Recently, as a result of preparing for this paper, I read for the first time Karl Kautsky’s Bolshevism at a Deadlock, published in German, in September 1930, as Der Bolschewismus in der Sackgasse—which we could better translate perhaps as No Way Through for Bolshevism. I found this an extraordinary book, both because of the nature of its approach to Soviet Communism, and also because of the uncanny topicality of its discussion of the problems that would face the former Soviet Union after the unavoidable collapse of the Communist regime.

Before going further to describe Kautsky’s book, I would like to say a little about Kautsky’s career and reputation, which perhaps does something to explain why it was so long before I read this book and why its contents were so unexpected to me. Karl Kautsky was born in Prague in October 1854, a member of the generation immediately after Marx and Engels, but before Lenin and Luxemburg. His outstanding contemporaries within what is now known as the ‘classical Marxist tradition’ were Labriola, Mehring and Plekhanov. Kautsky joined the Social-Democratic Party in 1875, while a student in Vienna. At that time, Lenin was five, Luxemburg four and Trotsky had not yet been born. In 1883 (Trotsky now four) Kautsky became founding editor of Neue Zeit, the leading Marxist journal in Germany for four decades, finally being forced to resign, significantly enough, in 1917, by which time he was in his early sixties.

During these four decades Kautsky dominated the development of Marxist theory, both in the spd and, because of the leading role of the German workers’ party in the Second International, in the European workers’ movement in general. His major theoretical and scholarly work The Agrarian Question was published in 1899, shortly before Lenin’s The Development of Capitalism in Russia. These two works can be seen as the initiators of the pre-1917 efflorescence of classical Marxist theory, attempting to update Marx and Engels with studies of finance capital (Hilferding), the nationalities problem (Bauer), and imperialism, culminating in a series of controversial works on this subject by Bukharin, Luxemburg, Lenin and, again, Kautsky. Contemporary and connected with these theoretical contributions, there were also a series of sharp and extremely polemical political debates. Lenin, Trotsky, Luxemburg, Pannekoek and Kautsky all put forward their differing analyses of the Russian Revolution of 1905; Bukharin, Luxemburg, Lenin and Kautsky argued over their response to the First World War and the nature of imperialism; and of course Lenin, Luxemburg, Trotsky and Kautsky also took different positions on the 1917 Russian Revolution and its aftermath.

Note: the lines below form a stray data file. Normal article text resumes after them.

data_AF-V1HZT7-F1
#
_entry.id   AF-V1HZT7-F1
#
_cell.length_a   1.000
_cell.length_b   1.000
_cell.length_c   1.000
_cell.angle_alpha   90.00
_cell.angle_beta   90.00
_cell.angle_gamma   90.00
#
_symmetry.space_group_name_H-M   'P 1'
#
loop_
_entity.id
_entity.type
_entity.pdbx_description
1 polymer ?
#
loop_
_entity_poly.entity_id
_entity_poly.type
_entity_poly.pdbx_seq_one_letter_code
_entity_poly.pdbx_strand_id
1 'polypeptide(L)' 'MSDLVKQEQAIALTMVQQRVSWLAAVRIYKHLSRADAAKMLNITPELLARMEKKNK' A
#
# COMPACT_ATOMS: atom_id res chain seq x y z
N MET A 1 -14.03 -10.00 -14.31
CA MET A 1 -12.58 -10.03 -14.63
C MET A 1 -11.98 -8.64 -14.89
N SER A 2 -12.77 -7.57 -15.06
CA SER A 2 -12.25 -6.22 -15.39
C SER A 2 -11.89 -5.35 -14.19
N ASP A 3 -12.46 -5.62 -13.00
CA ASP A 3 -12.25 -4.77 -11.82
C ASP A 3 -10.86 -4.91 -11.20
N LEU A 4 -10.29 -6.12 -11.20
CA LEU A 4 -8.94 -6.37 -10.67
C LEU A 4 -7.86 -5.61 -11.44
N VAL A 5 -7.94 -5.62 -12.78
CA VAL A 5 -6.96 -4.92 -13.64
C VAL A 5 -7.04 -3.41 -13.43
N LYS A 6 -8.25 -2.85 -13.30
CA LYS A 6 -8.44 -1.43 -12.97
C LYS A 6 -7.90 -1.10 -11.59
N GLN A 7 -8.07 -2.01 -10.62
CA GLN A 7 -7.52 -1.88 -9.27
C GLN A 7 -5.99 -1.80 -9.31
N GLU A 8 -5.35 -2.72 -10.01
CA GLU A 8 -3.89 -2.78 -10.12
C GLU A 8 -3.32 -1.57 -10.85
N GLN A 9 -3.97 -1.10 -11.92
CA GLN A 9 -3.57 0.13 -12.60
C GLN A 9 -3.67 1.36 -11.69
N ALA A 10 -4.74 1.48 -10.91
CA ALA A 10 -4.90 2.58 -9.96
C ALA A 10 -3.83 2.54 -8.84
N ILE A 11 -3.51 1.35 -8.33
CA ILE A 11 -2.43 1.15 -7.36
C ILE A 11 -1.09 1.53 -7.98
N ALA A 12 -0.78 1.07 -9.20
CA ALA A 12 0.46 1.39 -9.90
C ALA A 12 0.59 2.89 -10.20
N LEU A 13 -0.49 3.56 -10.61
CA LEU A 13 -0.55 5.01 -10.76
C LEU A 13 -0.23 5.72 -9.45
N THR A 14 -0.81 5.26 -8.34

It was as a result of this last wave of debates that Kautsky was definitively cast in the role of traitor to Marxism and the socialist cause, first by Lenin in his The Proletarian Revolution and the Renegade Kautsky, and then by Trotsky in his Terrorism and Communism. The reason, understandably, was Kautsky’s early and outspoken opposition to the path taken by the Bolsheviks, beginning in early 1918, after the dispersal of the elected Constituent National Assembly. From then on the polemics between the Communists and Kautsky, still continuing within the framework of classical Marxism, grew ever more polarized, as the Communist regime became steadily more despotic and Kautsky, ever more insistently, and still on Marxist grounds, gave his moral support to insurrection against it.

His voice, however, also became ever more lonely, as he found himself disagreeing, not only with the Communists themselves, but also with renegades from within the Communist movement, such as Trotsky, and even with old Social-Democrat comrades from among the Mensheviks and the Austro-Marxists (Dan, Bauer) who argued, in effect, for the possibility of a ‘barbaric road’ to socialism. He was prepared, he wrote, to be the Cassandra of Social-Democracy. ‘If I remain isolated, then dixi et salvavi animam meam [I spoke out and I saved my own soul]. Cassandra remained isolated too. But at least she was not gagged.’ Kautsky died the day after his eighty-fourth birthday, in Amsterdam, where he had fled from Vienna, after the German invasion of Austria, before that of Holland.

I should add that Kautsky hardly fared better in his relations with what we now think of as ‘Western Marxists’—indeed, one of the most virulent attacks on him came from the council Communist Karl Korsch, whose work is usually included in the Western Marxist canon. The Western Marxists, of course, wanted to break with the whole ‘classical Marxist’ tradition and, as Martin Jay puts it, ‘in fact, if there was anything on which Western Marxists . . . completely agreed, it is the utter repudiation of the legacy of the Second International’. I shall return to this point later.

In Bolshevism at a Deadlock, written in response to Stalin’s first Five Year Plan and the collectivization of agriculture, Kautsky argues that Lenin, in the autumn of 1917, acted ‘mainly’ in pursuit of a high ideal. But, once, he and the Bolshevik party had attained power, they used it as ‘an instrument for conjuring up overnight a fully developed socialistic system of production for a nation, the great majority of which consisted of illiterates and primitive peasant cultivators. . . . This wild experiment can only end in disastrous collapse. . . . While the toiling masses perish on all sides, the schemes devised to pull them out of the slough get steadily more impressive; At the same time, the nervous tension becomes acuter as the situation becomes more desperate. The more gigantic the plan, the shorter the time allotted for its realization, and the more violent the means employed to achieve results which only Aladdin’s magic lamp could make possible.’